Amazon Rumored to be Making Its Own Smart Phone

And really, what the heck, since everyone else is making one too. But Bloomberg cites two people close to the company with the revelation that Amazon will soon challenge various Android handsets and Apple’s iPhone with a smart phone of its own design. And the smart phone market, which accounted for 400 million devices sold in the first quarter, and 50 million by market leader Samsung alone, is obviously a big one. What’s missing, however, are details about how Amazon will differentiate its handset. But if this thing is a phone version of the Kindle Fire, it will likely see great success: Amazon’s 7-inch tablet has been so successful that when Google decided to enter the tablet market, it didn’t copy Apple, it copied the Kindle Fire instead.

Samsung Continues Kicking @$$, Taking Names in Smart Phone Market

Speaking of smart phones, Samsung reported its second quarter financial results, and let’s just say it hasn’t slowed down a bit. The smart phone market leader sold 50 million devices in the quarter and racked up a profit of about $5.7 billion on revenues of about $40 billion. And this came despite slower than expected sales of its new flagship handset, the Galaxy S III, which has experienced a slow start because of parts constraints and temporary patent fight-related sales bans in certain markets. But the Galaxy S III is expected to surge in the current quarter, given the frothy demand, and even before counting sales of this handset, it’s pretty clear that Samsung has only extended its huge sales lead over Apple and the other handset makers. In the same way that one might rate smart phone platforms as Android and everyone else, one might rate handset makers as Samsung and everyone else. And its lead is only going to grow yet again in the current quarter, thanks to Apple’s once-a-year bump from a single new iPhone model each year: A new iPhone isn’t expected until the third quarter. But really, who cares?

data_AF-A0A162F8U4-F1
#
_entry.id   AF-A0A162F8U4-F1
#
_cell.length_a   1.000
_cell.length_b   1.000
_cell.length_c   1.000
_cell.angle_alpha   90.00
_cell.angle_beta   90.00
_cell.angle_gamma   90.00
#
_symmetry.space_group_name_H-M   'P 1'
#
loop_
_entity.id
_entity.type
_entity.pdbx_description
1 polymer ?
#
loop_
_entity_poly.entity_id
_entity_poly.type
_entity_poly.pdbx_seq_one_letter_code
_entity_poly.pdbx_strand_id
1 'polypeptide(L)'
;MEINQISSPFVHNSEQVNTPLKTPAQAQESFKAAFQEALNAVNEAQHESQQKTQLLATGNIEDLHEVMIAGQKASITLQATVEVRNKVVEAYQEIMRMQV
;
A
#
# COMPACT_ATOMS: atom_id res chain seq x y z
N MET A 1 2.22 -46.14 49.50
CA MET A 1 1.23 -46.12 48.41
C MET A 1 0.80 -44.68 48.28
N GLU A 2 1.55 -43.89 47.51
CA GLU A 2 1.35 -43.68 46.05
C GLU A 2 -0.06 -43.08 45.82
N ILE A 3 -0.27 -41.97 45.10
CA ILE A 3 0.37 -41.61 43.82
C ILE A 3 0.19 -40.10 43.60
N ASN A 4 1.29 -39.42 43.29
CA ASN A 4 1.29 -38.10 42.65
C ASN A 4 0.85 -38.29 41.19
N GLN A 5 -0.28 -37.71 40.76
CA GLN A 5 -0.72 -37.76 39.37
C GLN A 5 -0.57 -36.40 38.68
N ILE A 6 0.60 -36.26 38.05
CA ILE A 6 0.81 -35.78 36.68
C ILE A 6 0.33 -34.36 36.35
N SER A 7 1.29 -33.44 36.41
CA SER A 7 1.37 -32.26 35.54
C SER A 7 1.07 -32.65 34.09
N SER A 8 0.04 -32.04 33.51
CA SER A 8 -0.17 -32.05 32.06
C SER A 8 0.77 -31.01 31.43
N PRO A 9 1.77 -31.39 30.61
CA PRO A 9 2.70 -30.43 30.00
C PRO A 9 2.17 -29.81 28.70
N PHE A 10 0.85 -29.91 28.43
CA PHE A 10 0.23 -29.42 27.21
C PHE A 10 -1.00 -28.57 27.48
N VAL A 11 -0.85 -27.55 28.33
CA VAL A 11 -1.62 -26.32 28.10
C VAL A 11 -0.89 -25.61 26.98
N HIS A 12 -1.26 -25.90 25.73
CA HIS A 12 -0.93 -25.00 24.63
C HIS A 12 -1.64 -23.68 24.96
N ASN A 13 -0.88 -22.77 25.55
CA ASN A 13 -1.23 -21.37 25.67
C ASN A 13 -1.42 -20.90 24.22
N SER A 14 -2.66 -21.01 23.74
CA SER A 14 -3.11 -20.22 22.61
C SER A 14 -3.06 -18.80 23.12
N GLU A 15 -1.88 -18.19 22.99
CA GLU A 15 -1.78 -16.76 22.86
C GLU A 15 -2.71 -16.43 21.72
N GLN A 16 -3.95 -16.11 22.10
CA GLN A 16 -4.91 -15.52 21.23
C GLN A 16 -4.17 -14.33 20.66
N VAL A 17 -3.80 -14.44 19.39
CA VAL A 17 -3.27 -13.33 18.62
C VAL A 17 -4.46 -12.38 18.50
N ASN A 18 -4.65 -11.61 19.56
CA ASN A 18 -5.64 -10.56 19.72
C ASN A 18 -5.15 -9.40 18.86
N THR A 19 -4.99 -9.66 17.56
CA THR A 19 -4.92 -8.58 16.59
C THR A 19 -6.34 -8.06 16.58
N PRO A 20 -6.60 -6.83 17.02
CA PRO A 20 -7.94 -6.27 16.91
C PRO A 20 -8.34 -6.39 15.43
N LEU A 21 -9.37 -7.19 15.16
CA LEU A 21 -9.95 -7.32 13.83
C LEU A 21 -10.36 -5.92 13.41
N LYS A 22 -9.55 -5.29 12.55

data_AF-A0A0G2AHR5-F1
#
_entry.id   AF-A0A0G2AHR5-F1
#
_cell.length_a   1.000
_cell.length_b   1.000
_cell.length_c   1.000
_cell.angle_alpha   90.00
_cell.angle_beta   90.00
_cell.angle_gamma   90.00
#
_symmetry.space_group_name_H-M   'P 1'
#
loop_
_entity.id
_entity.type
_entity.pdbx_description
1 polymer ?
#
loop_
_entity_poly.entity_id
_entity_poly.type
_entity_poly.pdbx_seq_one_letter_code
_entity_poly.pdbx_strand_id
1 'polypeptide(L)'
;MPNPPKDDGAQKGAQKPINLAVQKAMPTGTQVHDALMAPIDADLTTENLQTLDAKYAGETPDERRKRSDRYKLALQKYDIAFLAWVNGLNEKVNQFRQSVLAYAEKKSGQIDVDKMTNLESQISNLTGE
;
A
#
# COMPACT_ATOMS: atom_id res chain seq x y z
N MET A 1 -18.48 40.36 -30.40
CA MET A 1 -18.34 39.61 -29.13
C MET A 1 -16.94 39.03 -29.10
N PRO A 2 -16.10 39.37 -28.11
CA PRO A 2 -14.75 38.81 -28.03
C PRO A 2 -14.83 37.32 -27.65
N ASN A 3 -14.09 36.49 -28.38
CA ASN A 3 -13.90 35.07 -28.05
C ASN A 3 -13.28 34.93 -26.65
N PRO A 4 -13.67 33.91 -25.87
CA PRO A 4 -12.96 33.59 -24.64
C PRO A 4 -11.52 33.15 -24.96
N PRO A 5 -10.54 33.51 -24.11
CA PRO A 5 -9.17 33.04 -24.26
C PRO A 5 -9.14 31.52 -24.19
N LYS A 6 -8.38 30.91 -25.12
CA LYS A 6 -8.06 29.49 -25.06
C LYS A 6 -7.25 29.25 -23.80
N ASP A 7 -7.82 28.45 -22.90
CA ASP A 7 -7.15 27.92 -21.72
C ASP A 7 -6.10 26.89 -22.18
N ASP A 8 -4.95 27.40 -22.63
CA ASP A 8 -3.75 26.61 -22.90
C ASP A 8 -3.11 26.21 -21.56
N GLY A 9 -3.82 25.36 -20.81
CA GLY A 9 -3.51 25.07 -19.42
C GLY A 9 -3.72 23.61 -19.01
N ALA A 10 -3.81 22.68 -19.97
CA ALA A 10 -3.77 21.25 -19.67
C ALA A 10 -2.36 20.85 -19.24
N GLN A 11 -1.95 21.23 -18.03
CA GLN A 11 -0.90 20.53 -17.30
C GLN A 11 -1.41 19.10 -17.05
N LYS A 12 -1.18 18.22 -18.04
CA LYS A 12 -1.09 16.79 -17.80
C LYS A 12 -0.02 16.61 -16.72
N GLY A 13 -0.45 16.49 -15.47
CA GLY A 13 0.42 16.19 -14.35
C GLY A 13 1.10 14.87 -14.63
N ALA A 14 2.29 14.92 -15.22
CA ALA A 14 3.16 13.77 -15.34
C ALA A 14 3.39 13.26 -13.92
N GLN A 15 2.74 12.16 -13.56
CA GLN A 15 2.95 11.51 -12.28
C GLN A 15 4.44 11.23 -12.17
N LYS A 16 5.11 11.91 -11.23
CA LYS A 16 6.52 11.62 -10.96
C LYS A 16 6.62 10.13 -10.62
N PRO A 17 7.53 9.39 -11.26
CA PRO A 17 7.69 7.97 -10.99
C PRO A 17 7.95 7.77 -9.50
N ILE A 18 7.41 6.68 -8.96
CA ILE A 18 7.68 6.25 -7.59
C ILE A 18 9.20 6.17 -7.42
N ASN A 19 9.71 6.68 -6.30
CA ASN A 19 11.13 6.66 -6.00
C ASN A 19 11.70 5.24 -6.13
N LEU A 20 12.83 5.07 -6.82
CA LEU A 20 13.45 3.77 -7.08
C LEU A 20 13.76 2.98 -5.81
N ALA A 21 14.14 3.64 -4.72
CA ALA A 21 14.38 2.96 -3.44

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Andrew Zarian and I recorded the latest episode of the What The Tech podcast on Tuesday, and Leo Laporte, Mary Jo Foley, and I recorded the latest episode of the Windows Weekly podcast on Thursday. As always, these episodes should be available soon, generally in both audio in video formats, on the web, and via iTunes, the Zune Marketplace, and wherever else quality podcasts are found. You can also find all of my podcast activities on the SuperSite for Windows.